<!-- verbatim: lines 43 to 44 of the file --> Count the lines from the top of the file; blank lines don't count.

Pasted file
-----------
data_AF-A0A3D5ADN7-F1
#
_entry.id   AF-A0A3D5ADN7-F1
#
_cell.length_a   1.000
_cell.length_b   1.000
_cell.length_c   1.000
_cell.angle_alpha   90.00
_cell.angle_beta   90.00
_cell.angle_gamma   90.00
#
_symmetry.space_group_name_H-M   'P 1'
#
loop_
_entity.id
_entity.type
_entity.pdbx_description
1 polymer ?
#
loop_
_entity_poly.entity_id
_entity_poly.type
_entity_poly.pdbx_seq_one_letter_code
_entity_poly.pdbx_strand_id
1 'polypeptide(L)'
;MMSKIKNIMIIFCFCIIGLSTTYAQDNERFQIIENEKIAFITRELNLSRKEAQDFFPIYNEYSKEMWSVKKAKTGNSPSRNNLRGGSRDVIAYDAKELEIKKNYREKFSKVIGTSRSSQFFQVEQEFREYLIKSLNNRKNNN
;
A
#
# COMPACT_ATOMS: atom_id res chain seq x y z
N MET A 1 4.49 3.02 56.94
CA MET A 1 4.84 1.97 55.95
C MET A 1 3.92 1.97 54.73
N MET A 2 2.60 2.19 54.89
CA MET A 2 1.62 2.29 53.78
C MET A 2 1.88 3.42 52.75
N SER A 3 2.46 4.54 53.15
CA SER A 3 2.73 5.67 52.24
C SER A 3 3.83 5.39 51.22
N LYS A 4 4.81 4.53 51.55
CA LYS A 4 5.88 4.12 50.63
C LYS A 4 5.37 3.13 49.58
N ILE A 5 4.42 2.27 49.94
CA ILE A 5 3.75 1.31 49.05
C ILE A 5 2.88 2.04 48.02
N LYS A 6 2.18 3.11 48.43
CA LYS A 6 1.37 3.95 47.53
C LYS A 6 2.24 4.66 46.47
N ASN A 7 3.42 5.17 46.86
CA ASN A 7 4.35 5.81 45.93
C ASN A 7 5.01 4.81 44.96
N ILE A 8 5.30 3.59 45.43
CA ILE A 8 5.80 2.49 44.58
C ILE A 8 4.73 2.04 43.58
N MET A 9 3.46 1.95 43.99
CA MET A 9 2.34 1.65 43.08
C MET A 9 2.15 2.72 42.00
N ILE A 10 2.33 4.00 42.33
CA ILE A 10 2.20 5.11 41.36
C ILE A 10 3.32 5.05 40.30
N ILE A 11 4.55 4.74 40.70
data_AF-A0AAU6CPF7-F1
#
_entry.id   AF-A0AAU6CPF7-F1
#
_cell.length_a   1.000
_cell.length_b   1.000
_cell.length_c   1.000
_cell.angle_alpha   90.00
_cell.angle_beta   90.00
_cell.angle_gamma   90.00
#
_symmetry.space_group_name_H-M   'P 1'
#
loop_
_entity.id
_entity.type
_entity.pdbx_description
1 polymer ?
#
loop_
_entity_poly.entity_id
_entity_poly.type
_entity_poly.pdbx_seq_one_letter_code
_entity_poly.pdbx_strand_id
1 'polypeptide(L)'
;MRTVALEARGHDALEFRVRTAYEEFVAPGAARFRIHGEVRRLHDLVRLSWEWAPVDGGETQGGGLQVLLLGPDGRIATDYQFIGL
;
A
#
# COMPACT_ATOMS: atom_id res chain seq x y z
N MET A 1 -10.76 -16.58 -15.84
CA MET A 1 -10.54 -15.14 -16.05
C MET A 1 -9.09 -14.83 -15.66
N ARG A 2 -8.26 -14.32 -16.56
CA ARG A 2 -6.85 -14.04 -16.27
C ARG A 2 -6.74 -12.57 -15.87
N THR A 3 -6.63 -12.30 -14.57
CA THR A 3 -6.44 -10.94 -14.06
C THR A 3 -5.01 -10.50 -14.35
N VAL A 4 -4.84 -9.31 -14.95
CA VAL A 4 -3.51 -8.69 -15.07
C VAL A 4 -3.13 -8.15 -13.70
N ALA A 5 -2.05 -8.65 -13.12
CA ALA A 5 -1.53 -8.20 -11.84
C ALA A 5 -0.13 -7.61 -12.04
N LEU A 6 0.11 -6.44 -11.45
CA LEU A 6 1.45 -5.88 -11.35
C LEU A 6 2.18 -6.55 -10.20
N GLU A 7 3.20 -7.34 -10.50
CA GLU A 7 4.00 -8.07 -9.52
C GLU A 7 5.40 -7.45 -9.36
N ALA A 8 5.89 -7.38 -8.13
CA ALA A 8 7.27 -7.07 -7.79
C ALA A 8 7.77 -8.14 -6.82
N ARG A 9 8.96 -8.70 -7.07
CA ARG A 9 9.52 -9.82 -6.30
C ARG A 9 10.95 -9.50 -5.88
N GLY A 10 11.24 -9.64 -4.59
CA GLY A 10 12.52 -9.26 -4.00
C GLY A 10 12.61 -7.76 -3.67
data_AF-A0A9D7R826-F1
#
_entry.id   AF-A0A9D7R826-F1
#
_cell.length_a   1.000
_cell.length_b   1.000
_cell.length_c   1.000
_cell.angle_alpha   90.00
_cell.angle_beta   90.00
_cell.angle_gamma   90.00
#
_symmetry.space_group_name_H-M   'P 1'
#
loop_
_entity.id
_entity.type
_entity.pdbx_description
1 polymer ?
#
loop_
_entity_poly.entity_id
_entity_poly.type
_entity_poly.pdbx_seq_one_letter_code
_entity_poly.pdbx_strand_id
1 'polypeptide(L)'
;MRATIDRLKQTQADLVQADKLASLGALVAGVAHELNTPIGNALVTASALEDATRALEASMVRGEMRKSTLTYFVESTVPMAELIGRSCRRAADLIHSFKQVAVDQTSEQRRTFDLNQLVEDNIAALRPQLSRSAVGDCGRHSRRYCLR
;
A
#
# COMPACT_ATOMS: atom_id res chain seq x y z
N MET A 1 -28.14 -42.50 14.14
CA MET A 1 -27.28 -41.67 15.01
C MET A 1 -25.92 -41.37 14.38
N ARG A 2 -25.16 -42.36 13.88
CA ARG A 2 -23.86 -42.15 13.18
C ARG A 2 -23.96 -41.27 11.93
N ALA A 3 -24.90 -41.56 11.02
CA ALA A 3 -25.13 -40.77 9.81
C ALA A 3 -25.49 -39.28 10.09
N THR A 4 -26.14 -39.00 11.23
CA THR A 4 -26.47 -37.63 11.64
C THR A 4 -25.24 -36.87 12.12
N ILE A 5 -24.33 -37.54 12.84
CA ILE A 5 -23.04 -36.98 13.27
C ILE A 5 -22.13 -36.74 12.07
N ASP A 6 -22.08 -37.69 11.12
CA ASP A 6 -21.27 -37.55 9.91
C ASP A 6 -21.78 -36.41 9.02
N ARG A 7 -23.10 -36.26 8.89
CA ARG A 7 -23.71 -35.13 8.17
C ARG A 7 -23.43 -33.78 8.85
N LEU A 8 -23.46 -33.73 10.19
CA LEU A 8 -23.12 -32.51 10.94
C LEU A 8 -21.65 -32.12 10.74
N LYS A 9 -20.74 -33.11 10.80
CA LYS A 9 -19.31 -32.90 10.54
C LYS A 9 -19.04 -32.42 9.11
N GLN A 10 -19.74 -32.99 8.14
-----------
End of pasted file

N ILE A 5 4.42 2.27 49.94
CA ILE A 5 3.75 1.31 49.05